Meeting Debriefs and LoopLeverage

With structured and habitualized Meeting Debriefs, a CEO can quickly capture important details from a meeting in a voice dictation sent to their EM who then implements the Mindmaven LoopLeverage technique.

LoopLeverage uses followup tasks, reminders, and tracking in a CRM, calendar, or project management software. These reminders, set for the EM, allow the EM to proactively follow up about promises made to and by the CEO. The personal connection information and business key facts that a CEO learns and shares in their Meeting Debrief dictation also gets tracked by the EM to bring up for robust future meeting conversations.

Together these leverage techniques—Meeting Debriefs and LoopLeverage—help a CEO build trust and stronger relationships while also lifting their mental load, ultimately resulting in increased intent and fellowship, goals of the Mindmaven model.

Culmination of Time, Training, and Small Steps Yield Results

Patrick emphasized that it takes three to six months for a CEO to make these steps natural and train an EM. However, small ideas and steps over time lead to cumulative results that can result in free time for a CEO to generate big ideas. And results.

If you are a leader who could use 8 to 10 hours a week to of free time build business relationships (internal and external) and reduce stress associated with low impact high urgency tasks, I recommend reaching out to Patrick Ewers and the Mindmaven team (www.mindmaven.com/contact) to have a discussion.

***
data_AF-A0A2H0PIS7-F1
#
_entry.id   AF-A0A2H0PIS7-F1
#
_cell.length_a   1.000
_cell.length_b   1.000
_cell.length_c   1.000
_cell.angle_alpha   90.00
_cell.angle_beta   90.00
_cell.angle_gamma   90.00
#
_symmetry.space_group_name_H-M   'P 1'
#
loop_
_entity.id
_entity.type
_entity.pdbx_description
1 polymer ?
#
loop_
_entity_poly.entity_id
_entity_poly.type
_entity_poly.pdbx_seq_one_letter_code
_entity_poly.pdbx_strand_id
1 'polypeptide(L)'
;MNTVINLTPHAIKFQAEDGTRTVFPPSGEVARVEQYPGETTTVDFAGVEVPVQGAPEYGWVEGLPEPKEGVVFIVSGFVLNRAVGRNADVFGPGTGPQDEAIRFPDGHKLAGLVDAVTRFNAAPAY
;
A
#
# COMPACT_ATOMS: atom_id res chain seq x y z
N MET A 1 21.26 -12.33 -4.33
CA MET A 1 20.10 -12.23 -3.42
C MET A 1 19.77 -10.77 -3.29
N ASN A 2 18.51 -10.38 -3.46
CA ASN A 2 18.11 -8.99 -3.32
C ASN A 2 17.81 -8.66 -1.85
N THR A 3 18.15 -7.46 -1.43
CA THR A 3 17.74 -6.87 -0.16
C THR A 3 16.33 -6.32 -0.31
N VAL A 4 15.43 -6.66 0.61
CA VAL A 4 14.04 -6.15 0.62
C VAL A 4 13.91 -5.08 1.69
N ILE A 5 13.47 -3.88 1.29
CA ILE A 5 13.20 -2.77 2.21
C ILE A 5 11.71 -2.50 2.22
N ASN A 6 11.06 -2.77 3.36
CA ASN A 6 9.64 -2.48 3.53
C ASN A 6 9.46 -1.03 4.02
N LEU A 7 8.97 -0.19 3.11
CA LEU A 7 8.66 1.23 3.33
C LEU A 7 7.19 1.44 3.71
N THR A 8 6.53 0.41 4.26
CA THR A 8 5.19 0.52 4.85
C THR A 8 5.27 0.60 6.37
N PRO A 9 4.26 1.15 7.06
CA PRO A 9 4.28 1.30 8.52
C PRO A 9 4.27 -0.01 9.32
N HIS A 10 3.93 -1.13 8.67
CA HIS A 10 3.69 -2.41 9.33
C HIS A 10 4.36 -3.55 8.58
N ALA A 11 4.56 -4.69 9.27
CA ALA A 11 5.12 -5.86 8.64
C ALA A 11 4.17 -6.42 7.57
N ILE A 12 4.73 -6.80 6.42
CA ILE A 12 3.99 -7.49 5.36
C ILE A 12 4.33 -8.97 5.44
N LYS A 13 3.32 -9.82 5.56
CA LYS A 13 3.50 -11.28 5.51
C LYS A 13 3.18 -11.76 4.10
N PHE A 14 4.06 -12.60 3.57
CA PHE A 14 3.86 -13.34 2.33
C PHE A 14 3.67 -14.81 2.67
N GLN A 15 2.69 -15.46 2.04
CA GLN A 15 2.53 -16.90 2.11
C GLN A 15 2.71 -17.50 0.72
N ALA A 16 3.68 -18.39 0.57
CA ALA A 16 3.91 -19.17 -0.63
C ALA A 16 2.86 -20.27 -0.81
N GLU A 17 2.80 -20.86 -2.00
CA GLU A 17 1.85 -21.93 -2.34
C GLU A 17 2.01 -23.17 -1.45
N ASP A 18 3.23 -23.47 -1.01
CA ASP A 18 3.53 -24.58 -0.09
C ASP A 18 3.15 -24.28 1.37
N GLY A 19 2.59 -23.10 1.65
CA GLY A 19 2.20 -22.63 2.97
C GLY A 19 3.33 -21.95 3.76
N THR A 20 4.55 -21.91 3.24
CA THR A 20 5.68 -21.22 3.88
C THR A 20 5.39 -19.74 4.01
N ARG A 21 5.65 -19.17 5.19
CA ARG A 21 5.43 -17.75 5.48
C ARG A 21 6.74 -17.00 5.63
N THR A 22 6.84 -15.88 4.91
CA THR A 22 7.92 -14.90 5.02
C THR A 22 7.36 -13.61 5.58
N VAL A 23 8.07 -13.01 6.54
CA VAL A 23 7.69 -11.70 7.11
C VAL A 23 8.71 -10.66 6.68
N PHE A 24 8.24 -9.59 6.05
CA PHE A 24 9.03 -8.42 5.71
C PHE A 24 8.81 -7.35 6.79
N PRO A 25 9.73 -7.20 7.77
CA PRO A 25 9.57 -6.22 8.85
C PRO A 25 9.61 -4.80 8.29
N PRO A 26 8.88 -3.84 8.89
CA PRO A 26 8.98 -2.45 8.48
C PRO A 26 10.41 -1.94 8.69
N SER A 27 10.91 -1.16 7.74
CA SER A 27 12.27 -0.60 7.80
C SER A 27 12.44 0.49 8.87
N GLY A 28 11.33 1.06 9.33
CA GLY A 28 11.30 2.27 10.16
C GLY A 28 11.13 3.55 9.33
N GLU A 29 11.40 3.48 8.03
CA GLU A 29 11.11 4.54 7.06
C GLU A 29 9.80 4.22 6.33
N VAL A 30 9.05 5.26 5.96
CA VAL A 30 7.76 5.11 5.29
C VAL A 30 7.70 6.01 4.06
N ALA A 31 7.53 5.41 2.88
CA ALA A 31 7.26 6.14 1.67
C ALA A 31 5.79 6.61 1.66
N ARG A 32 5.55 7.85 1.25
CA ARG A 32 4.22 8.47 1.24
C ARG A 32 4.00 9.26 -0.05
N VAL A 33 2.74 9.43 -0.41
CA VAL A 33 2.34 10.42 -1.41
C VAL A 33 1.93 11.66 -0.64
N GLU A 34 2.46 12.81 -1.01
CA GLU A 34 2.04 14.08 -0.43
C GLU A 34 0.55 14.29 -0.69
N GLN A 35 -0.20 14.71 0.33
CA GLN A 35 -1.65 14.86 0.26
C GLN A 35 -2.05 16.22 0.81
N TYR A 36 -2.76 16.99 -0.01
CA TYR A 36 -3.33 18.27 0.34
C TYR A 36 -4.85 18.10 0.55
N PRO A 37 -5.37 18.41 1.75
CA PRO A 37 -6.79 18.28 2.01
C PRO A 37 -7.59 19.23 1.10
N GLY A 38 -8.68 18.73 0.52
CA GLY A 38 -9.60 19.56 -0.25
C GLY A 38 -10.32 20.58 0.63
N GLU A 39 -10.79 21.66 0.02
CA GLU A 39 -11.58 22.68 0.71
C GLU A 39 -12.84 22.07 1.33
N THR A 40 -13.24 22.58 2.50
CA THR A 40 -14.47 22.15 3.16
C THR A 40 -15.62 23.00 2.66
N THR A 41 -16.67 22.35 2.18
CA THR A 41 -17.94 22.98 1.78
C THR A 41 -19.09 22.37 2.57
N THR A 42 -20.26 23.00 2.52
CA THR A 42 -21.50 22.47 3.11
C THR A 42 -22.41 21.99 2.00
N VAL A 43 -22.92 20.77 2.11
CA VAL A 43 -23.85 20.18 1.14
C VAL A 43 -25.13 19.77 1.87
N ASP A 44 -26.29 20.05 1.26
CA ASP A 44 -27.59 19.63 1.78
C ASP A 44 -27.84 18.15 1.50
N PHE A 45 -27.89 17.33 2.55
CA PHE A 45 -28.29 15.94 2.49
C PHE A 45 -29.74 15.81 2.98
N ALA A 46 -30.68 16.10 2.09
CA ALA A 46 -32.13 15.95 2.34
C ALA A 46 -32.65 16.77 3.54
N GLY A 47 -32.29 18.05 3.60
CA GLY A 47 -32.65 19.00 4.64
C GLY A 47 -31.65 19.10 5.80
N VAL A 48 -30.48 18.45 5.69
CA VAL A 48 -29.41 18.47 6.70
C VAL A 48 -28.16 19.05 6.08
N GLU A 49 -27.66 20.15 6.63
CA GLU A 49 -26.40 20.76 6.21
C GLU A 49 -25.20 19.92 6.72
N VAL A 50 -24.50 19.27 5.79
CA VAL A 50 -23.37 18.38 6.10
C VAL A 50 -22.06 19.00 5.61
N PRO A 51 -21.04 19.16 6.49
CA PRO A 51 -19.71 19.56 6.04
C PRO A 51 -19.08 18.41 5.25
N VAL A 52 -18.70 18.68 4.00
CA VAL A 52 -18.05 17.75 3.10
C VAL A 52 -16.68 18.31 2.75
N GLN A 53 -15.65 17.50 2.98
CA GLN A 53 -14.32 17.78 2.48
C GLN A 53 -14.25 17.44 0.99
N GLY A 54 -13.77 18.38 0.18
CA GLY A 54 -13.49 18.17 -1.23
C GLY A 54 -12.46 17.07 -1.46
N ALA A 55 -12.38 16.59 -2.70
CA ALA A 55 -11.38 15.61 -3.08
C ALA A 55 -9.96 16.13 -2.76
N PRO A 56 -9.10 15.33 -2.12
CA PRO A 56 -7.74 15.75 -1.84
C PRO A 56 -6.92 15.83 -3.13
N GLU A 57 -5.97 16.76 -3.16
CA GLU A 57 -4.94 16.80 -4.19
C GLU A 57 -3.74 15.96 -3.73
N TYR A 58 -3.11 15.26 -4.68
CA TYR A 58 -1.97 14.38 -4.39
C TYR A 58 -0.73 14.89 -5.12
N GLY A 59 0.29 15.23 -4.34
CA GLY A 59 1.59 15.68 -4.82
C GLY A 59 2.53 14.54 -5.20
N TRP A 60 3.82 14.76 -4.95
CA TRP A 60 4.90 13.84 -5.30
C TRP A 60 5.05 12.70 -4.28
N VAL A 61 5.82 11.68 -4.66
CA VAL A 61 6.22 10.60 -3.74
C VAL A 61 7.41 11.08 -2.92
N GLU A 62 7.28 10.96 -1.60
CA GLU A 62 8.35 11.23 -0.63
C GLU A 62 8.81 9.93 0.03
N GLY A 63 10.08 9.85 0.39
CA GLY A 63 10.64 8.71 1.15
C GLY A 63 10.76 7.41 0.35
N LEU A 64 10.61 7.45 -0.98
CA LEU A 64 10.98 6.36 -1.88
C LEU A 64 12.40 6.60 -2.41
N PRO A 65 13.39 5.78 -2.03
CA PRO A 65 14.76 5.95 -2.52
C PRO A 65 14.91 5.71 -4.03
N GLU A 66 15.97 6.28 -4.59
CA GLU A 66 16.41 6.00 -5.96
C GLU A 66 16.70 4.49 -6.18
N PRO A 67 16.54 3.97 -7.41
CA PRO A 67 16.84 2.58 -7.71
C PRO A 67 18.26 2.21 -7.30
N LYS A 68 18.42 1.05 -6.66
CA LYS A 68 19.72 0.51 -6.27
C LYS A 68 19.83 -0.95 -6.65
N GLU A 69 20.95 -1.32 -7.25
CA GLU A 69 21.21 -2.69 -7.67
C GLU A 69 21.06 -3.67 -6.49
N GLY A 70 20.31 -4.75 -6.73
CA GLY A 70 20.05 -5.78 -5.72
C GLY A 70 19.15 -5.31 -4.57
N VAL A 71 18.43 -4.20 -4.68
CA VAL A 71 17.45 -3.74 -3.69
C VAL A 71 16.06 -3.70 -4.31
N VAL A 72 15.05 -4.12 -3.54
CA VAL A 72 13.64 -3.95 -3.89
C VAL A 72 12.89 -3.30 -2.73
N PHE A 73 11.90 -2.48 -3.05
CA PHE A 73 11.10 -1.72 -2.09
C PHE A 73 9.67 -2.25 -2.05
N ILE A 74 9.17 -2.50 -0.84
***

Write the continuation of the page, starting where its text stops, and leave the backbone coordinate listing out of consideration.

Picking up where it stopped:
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At Executive Forums Silicon Valley, selected business owners and leaders work together to gain clarity, insight and accountability to ignite their leadership engines, grow their businesses and improve their lives. If you are interested in learning more about Business Owner Advisory Boards, Entrepreneurial Operating System (EOS), Stages of Growth, Value Builder System or becoming a member at Executive Forum Silicon Valley, please contact Glenn Perkins: gperkins@executiveforums.com or call 408-901-0321. For more information visit http://www.execforumssv.com/.

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A Roadmap for Pivoting a Business Towards Future Growth

In times of turmoil, we hear the inevitable cry to pivot your business into a new set of products or services. Exactly how is that done? What are the steps? 

 Do we need a crisis to pivot our business?

Shouldn’t we always be looking to pivot our business?